Mike Trout plans to be more aggressive at the plate
“Locked and loaded on the first pitch”—that’s what the defending American League Most Valuable Player told reporters about the mentality he’ll take to the batter’s box whenever he heads there this spring.
Trout batted .287/.377/.561 last year. He hit 39 doubles and 36 home runs. He walked 83 times in 705 plate appearances. There’s not much to dislike about his offensive game, except this: 184 strikeouts accompanied all that production.
The plan to swing early in the count likely stems from the 23-year-old’s desire to cut down on his punchouts. It might come at the expense of some of his free passes, but the Angels might live with that if it leads to more hits, particularly if Trout is selective with his newfound aggression.
To see what Trout is getting at, here is his swing-rate chart for all counts:
And here is the same chart restricted to first pitches:
If a pitcher’s opening salvo wasn’t belt-high and over the plate, there was a better-than-75 percent chance of Trout leaving the bat on his shoulder. Which makes sense: When you’re as talented a hitter as the Angels outfielder is, you can feel comfortable letting a strike pass by in hopes of seeing a better one. Trout hit .269/.336/.541 after 0-1 counts last year, certainly worse than his overall numbers but still good for an .877 OPS, which would have ranked seventh among all hitters’ total outputs, right between Adrian Beltre and David Ortiz.
But Trout is so good, that he doesn’t necessarily need a pitch to be belt-high to clobber it:
In fact, the bulk of Trout’s hits and slugging efforts last year came on pitches in the lower third of the strike zone, below his preferred area when the count is 0-0. As long as he expands his first-pitch-swing radar downward and not upward, history suggests that more knocks and long balls await.
Now that Yoan Moncada is off the market, the biggest-name Cuban seeking a major-league home is Hector Olivera, a major-league free agent who is not subject to the amateur-pool-overage tax. Yahoo Sports’ Jeff Passan heard from sources that Olivera was headed for a $50-plus million payday. But the 29-year-old Cuban might have suffered an extremely untimely injury.
Passan wrote yesterday that teams believe Olivera has a torn ulnar collateral ligament in his right elbow. Surgery is on the table, and going under the knife could put Olivera on the shelf for the entire 2015 season.
The price tag on Olivera grew and grew, as teams saw a toolsy infielder whose bat could play at the keystone or hot corner, and whose arm would be adequate at the latter spot. If Passan’s medical info is accurate, though, that price could soon plummet. Except, Olivera’s reps aren’t prepared to acknowledge any injury to their client:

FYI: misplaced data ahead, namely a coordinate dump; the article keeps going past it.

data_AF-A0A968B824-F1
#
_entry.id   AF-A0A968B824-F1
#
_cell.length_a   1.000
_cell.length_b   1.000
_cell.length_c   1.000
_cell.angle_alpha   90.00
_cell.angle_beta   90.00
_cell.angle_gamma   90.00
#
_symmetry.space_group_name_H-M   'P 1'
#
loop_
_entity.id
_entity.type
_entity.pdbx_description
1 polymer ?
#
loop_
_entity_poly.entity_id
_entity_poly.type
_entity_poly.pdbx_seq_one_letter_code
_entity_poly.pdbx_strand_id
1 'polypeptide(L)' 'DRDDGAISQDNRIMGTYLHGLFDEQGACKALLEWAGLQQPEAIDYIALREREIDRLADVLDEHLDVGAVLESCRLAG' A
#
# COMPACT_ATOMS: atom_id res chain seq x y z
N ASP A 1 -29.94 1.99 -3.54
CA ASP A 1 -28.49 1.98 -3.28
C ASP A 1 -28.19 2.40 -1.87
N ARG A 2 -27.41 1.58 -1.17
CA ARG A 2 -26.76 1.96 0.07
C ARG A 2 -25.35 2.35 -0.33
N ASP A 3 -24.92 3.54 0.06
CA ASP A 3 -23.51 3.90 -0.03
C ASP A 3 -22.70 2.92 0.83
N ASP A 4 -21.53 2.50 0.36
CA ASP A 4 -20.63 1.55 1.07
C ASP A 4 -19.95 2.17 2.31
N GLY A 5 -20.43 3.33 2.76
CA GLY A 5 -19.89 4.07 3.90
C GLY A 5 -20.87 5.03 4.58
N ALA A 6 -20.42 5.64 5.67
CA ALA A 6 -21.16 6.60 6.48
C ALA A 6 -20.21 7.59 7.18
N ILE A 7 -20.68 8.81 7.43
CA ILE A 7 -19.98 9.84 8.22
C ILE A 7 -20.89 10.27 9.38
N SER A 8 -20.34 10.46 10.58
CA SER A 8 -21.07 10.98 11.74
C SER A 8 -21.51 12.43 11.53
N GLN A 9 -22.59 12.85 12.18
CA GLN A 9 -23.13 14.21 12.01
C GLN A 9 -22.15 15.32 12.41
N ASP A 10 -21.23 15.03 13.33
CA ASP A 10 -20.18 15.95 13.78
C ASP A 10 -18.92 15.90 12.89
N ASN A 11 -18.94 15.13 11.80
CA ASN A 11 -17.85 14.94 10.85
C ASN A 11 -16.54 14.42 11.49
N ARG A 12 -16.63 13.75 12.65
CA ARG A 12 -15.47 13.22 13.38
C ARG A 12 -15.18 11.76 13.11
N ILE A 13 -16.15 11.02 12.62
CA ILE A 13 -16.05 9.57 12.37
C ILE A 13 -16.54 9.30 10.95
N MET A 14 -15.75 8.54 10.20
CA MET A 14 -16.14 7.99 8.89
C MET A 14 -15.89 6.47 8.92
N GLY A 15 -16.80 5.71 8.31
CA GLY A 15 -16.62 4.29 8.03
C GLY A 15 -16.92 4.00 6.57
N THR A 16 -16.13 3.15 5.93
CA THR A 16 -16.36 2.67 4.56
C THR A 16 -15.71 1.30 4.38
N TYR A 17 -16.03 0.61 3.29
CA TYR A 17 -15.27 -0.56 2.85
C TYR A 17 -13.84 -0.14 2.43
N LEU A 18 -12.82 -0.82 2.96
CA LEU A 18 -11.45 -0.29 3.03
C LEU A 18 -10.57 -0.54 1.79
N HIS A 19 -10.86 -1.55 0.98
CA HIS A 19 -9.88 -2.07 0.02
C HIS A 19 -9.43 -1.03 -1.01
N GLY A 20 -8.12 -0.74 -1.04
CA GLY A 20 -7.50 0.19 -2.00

Reps for Hector Olivera surprised to hear report & unaware of any UCL damage. Say HO feels fine & had private workout for a club last week.
— Jesse Sanchez (@JesseSanchezMLB) March 6, 2015
Get your Andre Ethier at half-price!
Andre Ethier wants to be an everyday outfielder. The Dodgers can’t accommodate that desire, and might be able to make do without the veteran altogether. A parting of ways could be the best outcome for both sides. But Ethier’s playing-time hopes and salary stand in the way.
Set to turn 33 on April 10th, just after Opening Day, Ethier has seen his plate appearances and offensive numbers decline precipitously over the past three years. His True Average tumbled from .307 in 2012 to .284 in 2013 to .262 last season. That’s part of the reason why he only garnered 380 trips to the box from manager Don Mattingly, who saw Scott Van Slyke emerge as a strong fourth outfielder filling in for Carl Crawford, Matt Kemp, and Yasiel Puig. Kemp is gone now, but top prospect Joc Pederson stands ready to assume his place, and the offseason additions of Chris Heisey and Enrique Hernandez further crowded the depth chart.
With three years and a club option left on the $85 million deal he signed in June 2012, Ethier would be an awfully expensive extra outfielder, a luxury the Dodgers could afford but would rather not. That’s why, according to CBS Sports’ Jon Heyman, they’re willing to cover half of the $56 million Ethier is still owed, with the cash flowing out likely hinging on the caliber of the players heading to Chavez Ravine in exchange.
At $28 million over three years, Ethier would only need to be about a 1.5-win player to justify his salary, with a bit more anticipated production necessary to warrant shipping prospects Andrew Friedman’s way. In other words, for clubs to phone the Dodgers, they’d probably have to expect the Arizona State product to bounce back to his 2013 performance and maintain that through 2017. The short time left between now and Opening Day both hurts and helps the Dodgers’ cause: On the one hand, teams have already filled their rosters, but on the other, players with Ethier’s offensive upside are hard to come by in early March.
Trade rumors swirled around Ethier at the time of the Winter Meetings, when it was unclear if he or Kemp would be the first outfielder sent packing. Friedman and general manager Farhan Zaidi then jumped at the chance to upgrade at catcher by importing Yasmani Grandal from the Padres, moving Kemp south to San Diego and leaving Ethier to brood about his diminishing role.
Unfortunately for Ethier, teams see eroding skills on both sides of the ball, rendering him unappealing, even if the Dodgers were to pay down his contract to around $9-10 million annually. It’s noteworthy that Heyman did not mention a single club as having active interest in Ethier. In fact, the outfielder has scarcely appeared on the rumor mill since the December holidays.
At this late stage, it might take a spring training injury to create the sort of opportunity Ethier seeks and that the Dodgers would need to strike a worthwhile trade.
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